Published online by Cambridge University Press: 27 March 2017
Since the attacks of September 11, 2001, United States Muslims have been increasingly targeted as “others,” accused of holding dual-loyalties, and seen as potentially subversive. Nevertheless, Muslim American interest groups have not recoiled from foreign policy engagement. I argue that this is because mobilizing around symbolic foreign policy issues provides them with an opportunity to access the policy dialogue as a minority group making rights claims. To illustrate this argument, I conduct a discourse analysis of Muslim American policy engagement toward the Palestinian-Israeli conflict. I rely on primary documents produced by the Council on American Islamic Relations and the Muslim Public Affairs Council, the two leading United States Muslims organizations, as well as interviews conducted with institutional elites. I find that, through their policy advocacy, these organizations are framing their demands around United States interests and minority group rights, while positioning themselves as the legitimate representatives of the Muslim American community.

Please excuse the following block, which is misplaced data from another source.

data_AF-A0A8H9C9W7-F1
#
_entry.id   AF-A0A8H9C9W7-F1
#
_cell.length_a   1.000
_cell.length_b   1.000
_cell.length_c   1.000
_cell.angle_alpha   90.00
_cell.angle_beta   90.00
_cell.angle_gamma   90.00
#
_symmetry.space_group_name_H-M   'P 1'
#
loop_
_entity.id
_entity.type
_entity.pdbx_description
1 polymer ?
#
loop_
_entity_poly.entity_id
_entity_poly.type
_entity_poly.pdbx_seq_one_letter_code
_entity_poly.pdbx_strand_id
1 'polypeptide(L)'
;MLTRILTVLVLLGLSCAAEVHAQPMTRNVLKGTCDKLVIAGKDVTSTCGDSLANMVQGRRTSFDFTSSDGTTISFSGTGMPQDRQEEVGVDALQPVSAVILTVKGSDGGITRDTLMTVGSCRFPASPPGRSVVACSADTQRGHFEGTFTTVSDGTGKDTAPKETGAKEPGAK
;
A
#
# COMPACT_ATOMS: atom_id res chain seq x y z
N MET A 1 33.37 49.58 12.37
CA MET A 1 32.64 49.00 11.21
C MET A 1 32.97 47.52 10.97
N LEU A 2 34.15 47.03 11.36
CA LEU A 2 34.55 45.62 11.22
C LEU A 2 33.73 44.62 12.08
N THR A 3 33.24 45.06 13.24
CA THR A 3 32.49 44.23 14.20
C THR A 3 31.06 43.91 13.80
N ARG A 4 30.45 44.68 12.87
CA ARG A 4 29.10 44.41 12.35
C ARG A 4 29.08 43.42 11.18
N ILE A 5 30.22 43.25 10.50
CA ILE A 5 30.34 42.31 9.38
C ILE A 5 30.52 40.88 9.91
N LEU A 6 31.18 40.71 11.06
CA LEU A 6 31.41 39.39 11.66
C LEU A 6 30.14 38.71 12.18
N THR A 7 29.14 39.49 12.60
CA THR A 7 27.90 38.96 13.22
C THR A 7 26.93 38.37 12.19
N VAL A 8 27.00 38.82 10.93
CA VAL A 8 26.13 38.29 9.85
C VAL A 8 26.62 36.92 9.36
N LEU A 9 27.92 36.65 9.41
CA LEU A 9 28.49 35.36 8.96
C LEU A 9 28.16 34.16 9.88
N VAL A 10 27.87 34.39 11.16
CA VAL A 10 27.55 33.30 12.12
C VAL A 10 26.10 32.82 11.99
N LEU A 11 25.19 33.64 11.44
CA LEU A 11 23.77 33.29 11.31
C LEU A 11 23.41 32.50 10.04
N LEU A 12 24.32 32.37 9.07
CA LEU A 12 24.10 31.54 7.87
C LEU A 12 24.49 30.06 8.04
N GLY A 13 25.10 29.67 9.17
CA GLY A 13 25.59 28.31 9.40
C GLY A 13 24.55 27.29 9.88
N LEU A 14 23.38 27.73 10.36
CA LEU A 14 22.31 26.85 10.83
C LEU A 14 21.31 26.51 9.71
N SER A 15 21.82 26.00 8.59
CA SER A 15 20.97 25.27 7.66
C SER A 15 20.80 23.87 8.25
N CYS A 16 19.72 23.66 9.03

One of the most important issues to us is, of course, the Palestinian Israeli issue because this is central to what America is in the Middle East and the Muslim world. 1—Salam Al-Marayati
All I want from you, Mr. Policymaker is [for you] to listen to the other side of the story. I have a narrative that you didn't have a chance to hear, so let me give it to you and as-salamu alaykum [peace be upon you]. 2—Dr. Maher Hathout
I would like to thank Paul A. Djupe for his helpful comments and suggestions on the manuscript, as well as the two anonymous reviewers. I am grateful to the Muslim American elites who agreed to be interviewed for this project.
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